Motivated Tactician

Heuristic

The term ‘motivated tacticians‘ is used in social psychology to describe a human shifting from quick and dirty cognitively economical tactics to more thoughtful, thorough strategies when processing information depending on their type and degree of motivation. This idea has been used to explain why people use stereotyping, biases, and categorization in some situations and more analytical thinking in others. Because of the empirical evidence and robust nature, the concept is now a preferred theory of human social perception.

After much research on categorization, and other cognitive shortcuts, psychologists began to describe human beings as cognitive misers (i.e. they use a lot of mental shortcuts); which explains that a need to conserve mental resources causes people to use shortcuts to thinking about stimuli, instead of motivations and urges influencing the way humans think about their world.

Stereotypes and heuristics (such as confirmation bias, the idea that people will seek out information to prove themselves right and avoid information that would prove previous held beliefs as wrong) were used as evidence of the economic nature of human thinking. Current research does not deny that people will be cognitively miserly in certain situations, but takes into account that thorough analytic thought does occur in other situations. Using this perspective, researchers have begun to describe human beings as motivated tacticians who are tactical about how much cognitive resources will be used depending on the individual’s intent and motivation.

Because of the complex nature of the world and the occasional need for quick thinking, it would be detrimental for a person to be methodical about everything he comes into contact with; while other situations require more focus and attention. Considering human beings as motivated tacticians has become popular because it takes both situations into account. This concept also takes into account and continues to study what motivates people to use more or less mental resources when processing information about their world. Research has found that intended outcome, relevancy to the individual, culture, and affect all can influence the way a person processes information.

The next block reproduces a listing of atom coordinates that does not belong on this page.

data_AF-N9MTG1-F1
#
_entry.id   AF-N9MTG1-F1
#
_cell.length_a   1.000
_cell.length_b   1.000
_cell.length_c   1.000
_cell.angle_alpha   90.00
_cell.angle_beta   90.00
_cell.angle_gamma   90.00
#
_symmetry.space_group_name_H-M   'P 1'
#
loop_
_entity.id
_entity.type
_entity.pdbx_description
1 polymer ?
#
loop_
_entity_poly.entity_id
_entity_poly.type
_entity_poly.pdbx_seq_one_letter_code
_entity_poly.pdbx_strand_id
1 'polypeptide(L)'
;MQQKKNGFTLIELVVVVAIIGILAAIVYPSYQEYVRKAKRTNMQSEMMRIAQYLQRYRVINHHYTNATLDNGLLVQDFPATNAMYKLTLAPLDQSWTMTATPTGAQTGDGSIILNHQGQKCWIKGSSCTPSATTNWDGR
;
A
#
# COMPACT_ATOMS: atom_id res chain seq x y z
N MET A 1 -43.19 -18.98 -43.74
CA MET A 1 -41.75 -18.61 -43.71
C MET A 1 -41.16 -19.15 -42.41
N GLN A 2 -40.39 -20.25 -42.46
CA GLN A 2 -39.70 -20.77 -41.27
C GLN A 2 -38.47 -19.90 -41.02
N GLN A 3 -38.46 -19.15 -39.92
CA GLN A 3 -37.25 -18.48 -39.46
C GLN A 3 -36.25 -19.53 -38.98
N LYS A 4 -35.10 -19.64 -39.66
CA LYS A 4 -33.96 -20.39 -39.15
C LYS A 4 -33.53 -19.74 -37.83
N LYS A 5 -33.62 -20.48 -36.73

The most prominent explanation of motivational thinking is that the person’s desired outcome motivates him to use more or less cognitive resources while processing a situation or thing. Researchers have divided preferred outcomes into two broad categories; directional and non-directional outcomes. The preferred outcome provides the motivation for the level of processing involved. Individuals motivated by directional outcomes have the intention of accomplishing a specific goal. These goals can range from appearing smart, courageous, or likeable to affirming positive thoughts and feelings about something or someone they find likable or are close to. If someone is motivated by non-directional outcomes he/she wishes to make the most logical and clear decision. Whether a person is motivated by directional or non-directional outcomes depends on the situation and the person’s goals. Confirmation bias is an example of thought processing motivated by directional outcomes. The goal is to affirm previously held beliefs, so one will use less thorough thinking in order to reach that goal. While a person motivated to get the best education, who researches information on colleges and visit schools is motivated by a non-directional outcome. Evidence for outcome influenced motivation is illustrated by research on self-serving bias. Independent of expectancies from prior success or failure, the more personally important a success is in any given situation, the stronger is the tendency to claim responsibility for this success but to deny responsibility for failure.